Use e.g. NvRules.require_rules(handle, [...]) to declare the list of other rules that must be available before applying this rule. Those are the only rules that can be safely proposed by the Controller interface.

3.6. Rule Examples

The following example rule determines on which major GPU architecture a kernel was running.

import NvRules

def get_identifier():
  return "GpuArch"

def apply(handle):
  ctx = NvRules.get_context(handle)
  action = ctx.range_by_idx(0).action_by_idx(0)
  ccMajor = action.metric_by_name("device__attribute_compute_capability_major").as_uint64()
  ctx.frontend().message("Running on major compute capability " + str(ccMajor))

4. Python Report Interface

NVIDIA Nsight Compute features a Python-based interface to interact with exported report files.

The module is called ncu_report and works on any Python version from 3.4 1. It can be found in the extras/python directory of your NVIDIA Nsight Compute package.

In order to use the Python module, you need a report file generated by NVIDIA Nsight Compute. You can obtain such a file by saving it from the graphical interface or by using the --export flag of the command line tool.

The types and functions in the ncu_report module are a subset of the ones available in the NvRules API. The documentation in this section serves as a tutorial. For a more formal description of the exposed API, please refer to the the NvRules API documentation.

Basic Usage

In order to be able to import ncu_report you will either have to navigate to the extras/python directory, or add its absolute path to the PYTHONPATH environment variable. Then, the module can be imported like any Python module:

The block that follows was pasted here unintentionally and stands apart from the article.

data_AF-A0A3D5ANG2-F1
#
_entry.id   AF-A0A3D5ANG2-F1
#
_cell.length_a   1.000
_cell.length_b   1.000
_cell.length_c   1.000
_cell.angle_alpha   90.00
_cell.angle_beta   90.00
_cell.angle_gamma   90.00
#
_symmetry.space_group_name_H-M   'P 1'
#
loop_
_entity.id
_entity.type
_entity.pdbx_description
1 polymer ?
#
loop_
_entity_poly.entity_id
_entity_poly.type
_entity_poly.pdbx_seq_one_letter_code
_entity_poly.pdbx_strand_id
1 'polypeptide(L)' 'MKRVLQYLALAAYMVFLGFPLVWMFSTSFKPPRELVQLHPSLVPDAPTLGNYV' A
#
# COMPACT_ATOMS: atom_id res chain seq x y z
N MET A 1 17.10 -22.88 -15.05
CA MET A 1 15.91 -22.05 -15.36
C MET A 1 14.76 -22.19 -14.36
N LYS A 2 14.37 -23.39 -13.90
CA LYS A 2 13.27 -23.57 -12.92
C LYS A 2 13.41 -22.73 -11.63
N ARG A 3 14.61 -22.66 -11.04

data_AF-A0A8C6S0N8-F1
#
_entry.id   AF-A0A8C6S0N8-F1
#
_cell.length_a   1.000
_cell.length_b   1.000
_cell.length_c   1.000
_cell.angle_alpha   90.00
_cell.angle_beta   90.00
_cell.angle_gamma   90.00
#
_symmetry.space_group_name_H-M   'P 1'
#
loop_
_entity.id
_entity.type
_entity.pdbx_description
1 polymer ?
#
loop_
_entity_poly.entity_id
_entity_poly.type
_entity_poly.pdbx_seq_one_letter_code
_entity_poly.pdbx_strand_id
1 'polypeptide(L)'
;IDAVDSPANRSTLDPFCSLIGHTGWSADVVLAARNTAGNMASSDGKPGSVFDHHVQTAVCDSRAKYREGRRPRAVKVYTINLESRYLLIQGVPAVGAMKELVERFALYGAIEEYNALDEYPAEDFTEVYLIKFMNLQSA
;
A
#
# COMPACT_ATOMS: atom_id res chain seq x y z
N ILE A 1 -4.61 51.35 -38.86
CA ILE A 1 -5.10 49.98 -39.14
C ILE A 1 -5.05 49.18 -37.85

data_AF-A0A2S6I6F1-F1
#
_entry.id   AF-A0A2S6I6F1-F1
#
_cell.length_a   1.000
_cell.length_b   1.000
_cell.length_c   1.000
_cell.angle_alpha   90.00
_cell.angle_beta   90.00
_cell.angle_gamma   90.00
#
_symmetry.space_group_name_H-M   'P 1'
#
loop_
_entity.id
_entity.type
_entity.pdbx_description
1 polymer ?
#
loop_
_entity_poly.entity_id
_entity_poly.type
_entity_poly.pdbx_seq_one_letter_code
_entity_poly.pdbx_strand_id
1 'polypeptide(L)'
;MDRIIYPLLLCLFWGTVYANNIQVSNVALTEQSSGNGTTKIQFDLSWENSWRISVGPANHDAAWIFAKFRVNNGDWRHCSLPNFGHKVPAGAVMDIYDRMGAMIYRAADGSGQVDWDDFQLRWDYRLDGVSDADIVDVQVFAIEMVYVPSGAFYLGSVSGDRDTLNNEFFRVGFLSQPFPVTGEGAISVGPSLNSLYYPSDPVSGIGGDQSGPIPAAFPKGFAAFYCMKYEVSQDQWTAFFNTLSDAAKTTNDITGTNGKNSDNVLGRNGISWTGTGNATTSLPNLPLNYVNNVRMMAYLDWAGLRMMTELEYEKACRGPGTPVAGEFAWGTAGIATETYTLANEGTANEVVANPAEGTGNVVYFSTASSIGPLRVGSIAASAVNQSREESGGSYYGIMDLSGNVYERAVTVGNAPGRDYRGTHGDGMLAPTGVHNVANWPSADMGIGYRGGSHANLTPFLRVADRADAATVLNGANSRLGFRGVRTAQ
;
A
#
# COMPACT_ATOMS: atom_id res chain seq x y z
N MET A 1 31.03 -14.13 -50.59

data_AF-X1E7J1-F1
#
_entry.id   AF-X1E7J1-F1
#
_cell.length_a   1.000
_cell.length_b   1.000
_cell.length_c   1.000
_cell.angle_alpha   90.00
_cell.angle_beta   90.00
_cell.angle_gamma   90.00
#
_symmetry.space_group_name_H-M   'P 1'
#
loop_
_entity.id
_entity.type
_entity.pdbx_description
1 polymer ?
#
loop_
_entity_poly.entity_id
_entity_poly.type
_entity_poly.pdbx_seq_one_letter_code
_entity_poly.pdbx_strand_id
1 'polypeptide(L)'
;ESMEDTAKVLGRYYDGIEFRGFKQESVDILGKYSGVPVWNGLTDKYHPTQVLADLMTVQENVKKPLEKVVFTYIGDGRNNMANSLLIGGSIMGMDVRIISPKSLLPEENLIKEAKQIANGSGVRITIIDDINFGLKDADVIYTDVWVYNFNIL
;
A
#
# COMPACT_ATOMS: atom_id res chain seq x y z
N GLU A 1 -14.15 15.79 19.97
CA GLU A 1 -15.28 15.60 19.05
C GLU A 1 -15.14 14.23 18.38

>>> import ncu_report

Importing a report

Once the module is imported, you can load a report file by calling the load_report function with the path to the file. This function returns an object of type IContext which holds all the information concerning that report.

>>> my_context = ncu_report.load_report("my_report.ncu-rep")

Querying ranges

When working with the Python module, kernel profiling results are grouped into ranges which are represented by IRange objects. You can inspect the number of ranges contained in the loaded report by calling the num_ranges() member function of an IContext object and retrieve a range by its index using range_by_idx(index).

>>> my_context.num_ranges()
>>> my_range = my_context.range_by_idx(0)

Querying actions

Inside a range, kernel profiling results are called actions. You can query the number of actions contained in a given range by using the num_actions method of an IRange object.

>>> my_range.num_actions()

In the same way ranges can be obtained from an IContext object by using the range_by_idx(index) method, individual actions can be obtained from IRange objects by using the action_by_idx(index) method. The resulting actions are represented by the IAction class.

>>> my_action = my_range.action_by_idx(0)

As mentioned previously, an action represents a single kernel profiling result. To query the kernel's name you can use the name() member function of the IAction class.

>>> my_action.name()

Querying metrics

To get a tuple of all metric names contained within an action you can use the metric_names() method. It is meant to be combined with the metric_by_name() method which returns an IMetric object. However, for the same task you may also use the [] operator, as explained in the High-Level Interface section below.

The metric names displayed here are the same as the ones you can use with the --metrics flag of NVIDIA Nsight Compute. Once you have extracted a metric from an action, you can obtain its value by using one of the following three methods:

  • as_string() to obtain its value as a Python str
  • as_uint64() to obtain its value as a Python int
  • as_double() to obtain its value as a Python float